Shell commits to developing Jackdaw gas field in North Sea

Shell UK affiliate BG International takes final investment decision to develop Jackdaw but Greenpeace is set to mount resistance

BG International, an affiliate of Shell UK, has taken the final investment decision to develop the Jackdaw gas field in the UK North Sea.

It follows regulatory approval earlier this year and the UK government granting a permit last month. 

Jackdaw, located approximately 250km east of Aberdeen, consists of a new Wellhead Platform (WHP), four production wells and a 31km pipeline from the Jackdaw WHP to the Shearwater gas hub. Peak production from the field is estimated at 40,000 barrels of oil equivalent per day.

Jackdaw is part of a wider vision for Shell in the UK, sitting alongside recently announced low-carbon energy projects, including the building of two new floating offshore windfarms around the Scottish coast, which could power six million homes, along with a target of having 100,000 public EV chargepoints operational in the UK by 2030.

The project aims to come online in the mid-2020s, and at peak production rates, could represent over 6% of projected UK North Sea gas production in the middle of this decade, with operational emissions of less than 1% of the whole UK basin - providing enough energy to heat 1.4mn homes.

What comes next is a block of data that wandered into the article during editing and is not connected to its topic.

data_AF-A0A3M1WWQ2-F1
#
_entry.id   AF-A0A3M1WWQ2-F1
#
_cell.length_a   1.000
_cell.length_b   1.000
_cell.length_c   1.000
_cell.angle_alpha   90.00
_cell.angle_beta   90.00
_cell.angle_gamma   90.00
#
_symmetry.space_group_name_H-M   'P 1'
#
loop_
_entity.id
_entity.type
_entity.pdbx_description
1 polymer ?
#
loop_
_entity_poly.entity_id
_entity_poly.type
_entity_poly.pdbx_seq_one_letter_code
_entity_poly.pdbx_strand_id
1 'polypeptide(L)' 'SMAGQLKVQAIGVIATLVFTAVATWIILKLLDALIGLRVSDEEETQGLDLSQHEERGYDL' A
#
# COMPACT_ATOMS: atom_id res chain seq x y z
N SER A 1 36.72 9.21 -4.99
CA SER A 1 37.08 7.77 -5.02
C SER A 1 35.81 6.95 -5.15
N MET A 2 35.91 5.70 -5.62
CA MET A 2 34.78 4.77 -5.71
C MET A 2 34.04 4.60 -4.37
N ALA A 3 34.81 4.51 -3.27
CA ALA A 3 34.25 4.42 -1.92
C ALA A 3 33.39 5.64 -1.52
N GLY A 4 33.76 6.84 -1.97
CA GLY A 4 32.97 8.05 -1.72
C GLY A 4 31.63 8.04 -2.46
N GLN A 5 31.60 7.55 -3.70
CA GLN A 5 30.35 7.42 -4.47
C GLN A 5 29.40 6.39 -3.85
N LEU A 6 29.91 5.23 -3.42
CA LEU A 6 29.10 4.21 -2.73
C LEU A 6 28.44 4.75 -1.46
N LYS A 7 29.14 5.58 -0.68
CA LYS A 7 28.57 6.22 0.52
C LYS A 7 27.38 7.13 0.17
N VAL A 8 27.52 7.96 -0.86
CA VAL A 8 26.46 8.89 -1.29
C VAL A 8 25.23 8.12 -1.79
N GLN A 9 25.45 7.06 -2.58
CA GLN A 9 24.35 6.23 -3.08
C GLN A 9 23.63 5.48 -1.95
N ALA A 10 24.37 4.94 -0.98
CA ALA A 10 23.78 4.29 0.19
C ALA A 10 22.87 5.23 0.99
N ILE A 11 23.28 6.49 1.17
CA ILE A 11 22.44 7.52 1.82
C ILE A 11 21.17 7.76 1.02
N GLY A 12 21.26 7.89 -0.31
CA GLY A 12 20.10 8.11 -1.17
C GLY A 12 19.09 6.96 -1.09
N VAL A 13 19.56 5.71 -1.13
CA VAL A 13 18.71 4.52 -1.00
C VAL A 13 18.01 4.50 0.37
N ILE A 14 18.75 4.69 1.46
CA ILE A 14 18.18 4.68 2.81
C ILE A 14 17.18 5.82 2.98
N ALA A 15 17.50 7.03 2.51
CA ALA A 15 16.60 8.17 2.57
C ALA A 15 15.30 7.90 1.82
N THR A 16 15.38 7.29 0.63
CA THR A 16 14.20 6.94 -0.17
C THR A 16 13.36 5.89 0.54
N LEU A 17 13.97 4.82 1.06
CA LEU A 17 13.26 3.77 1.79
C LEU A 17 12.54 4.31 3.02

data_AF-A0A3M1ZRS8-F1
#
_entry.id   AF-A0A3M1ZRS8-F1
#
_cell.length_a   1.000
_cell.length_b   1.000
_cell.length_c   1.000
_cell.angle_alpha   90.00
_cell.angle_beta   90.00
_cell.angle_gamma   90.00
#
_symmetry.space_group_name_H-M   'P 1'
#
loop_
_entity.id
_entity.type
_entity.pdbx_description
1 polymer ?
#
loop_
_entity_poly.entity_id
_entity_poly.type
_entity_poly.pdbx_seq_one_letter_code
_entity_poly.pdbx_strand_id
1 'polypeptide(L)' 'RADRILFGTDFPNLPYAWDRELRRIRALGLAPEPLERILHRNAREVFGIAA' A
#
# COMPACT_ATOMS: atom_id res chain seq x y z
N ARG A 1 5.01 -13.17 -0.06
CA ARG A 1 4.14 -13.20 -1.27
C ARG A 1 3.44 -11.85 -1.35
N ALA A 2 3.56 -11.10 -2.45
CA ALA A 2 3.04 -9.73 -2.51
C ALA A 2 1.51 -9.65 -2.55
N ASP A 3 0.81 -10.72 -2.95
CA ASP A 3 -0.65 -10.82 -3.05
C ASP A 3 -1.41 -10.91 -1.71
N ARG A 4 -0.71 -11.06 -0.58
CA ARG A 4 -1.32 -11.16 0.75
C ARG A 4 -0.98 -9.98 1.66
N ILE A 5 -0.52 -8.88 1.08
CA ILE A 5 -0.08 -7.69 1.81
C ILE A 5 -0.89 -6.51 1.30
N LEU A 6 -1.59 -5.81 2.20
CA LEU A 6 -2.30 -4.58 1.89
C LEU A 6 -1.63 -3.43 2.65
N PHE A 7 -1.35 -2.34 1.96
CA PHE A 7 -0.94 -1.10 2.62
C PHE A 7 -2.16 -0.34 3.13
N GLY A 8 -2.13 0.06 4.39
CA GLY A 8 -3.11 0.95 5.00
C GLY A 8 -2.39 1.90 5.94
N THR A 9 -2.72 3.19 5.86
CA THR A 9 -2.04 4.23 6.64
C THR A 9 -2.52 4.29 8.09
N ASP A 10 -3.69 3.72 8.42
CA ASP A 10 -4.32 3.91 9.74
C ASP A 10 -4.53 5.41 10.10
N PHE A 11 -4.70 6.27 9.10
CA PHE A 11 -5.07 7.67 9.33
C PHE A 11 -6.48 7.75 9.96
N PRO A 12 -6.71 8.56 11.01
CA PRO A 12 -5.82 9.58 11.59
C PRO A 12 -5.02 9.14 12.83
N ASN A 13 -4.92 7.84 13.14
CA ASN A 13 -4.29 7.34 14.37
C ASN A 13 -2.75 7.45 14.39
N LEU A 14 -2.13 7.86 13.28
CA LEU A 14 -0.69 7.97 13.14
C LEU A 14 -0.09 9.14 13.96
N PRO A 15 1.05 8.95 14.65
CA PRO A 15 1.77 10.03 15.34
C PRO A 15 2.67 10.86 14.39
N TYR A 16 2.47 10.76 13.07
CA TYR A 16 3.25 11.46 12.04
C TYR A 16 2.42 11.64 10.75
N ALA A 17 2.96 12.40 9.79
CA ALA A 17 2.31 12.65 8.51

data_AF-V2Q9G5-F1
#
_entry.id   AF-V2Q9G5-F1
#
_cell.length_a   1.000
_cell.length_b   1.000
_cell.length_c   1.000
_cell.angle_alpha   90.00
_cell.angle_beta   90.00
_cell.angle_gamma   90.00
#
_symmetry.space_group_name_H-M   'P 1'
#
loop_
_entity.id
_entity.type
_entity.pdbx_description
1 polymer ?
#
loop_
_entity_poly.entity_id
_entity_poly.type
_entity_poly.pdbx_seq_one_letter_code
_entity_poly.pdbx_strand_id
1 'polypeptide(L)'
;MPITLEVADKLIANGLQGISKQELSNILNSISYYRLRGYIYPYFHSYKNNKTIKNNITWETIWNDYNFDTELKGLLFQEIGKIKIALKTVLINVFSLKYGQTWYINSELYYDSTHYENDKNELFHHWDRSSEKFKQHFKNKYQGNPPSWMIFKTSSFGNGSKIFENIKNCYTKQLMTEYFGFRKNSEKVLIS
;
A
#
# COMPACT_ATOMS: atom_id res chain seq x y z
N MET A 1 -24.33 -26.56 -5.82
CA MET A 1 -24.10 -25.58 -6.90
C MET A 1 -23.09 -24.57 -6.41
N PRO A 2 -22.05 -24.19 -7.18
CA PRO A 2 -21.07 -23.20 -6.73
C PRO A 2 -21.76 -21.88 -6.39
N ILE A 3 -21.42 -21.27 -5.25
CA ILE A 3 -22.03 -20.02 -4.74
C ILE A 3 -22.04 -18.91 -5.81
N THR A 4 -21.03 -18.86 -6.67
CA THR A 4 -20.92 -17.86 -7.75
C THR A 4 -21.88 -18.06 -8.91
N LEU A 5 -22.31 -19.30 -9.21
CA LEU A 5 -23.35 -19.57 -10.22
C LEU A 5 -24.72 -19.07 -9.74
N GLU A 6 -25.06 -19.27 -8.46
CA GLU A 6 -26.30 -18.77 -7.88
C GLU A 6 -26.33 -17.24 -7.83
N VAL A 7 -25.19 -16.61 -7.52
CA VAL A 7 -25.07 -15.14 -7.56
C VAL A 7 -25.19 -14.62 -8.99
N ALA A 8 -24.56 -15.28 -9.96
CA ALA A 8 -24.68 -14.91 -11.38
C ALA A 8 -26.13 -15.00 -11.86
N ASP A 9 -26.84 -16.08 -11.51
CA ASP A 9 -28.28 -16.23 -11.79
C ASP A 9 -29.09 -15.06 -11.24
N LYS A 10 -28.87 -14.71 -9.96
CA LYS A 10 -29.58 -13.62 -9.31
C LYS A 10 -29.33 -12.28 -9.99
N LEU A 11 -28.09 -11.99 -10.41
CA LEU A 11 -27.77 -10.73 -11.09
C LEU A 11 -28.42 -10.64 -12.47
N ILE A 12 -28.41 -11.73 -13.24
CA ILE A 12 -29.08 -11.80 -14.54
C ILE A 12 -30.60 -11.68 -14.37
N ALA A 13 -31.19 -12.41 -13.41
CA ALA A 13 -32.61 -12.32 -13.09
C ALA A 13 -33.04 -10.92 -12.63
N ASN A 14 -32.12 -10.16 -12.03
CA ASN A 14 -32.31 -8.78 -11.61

“We are committed to providing our customers with secure and stable supplies of energy, and to do so responsibly, efficiently and economically,” said Shell Upstream Director Zoe Yujnovich.

“Investments like Jackdaw are consistent with the UK’s North Sea Transition Deal and Shell’s Powering Progress strategy, providing the energy people need today while serving as the foundation for investments in the low carbon energy system of the future.”

However Greenpeace UK is preparing to oppose the development. Political campaigner Ami McCarthy said: "We’re looking at legal action to stop Jackdaw, and fight this every step of the way.”

“Approving Jackdaw is a desperate and destructive decision from Johnson’s government, and proves there’s no long-term plan. They're handing out lucrative permits to the likes of Shell for a project that won't start producing gas for years, that won't lower our bills, but will create massive emissions."

Shell recently bought a 25% stake in Qatar LNG North Field East expansion project which will have capacity of 32mn tonnes a year (click here).

Share

Featured Articles

Data Centre Demand Putting Pressure on Energy Capabilities

Utilities in the US are predicting a tidal wave of demand for data centres thanks to the boom of AI, which, in turn, will dial up the need for electricity

Q&A with Hitachi Energy’s EVP & Head of North America

Anthony Allard, who heads up Hitachi Energy as Executive Vice President and Head of North America, shares why the grid is holding us back from clean energy

OMV Takes Strides in Energy Efficiency & Emissions Reduction

Austrian multinational integrated oil, gas & petrochemical company OMV continues its sustainability mission, and reports Scope 1 & 2 emissions are down 25%

Q&A with RAIN Alliance President and CEO Aileen Ryan

Technology & AI

Who is Greg Joiner, the new Head of Shell Energy?

Oil & Gas

Watershed Workshop at Sustainability LIVE: Net Zero

Sustainability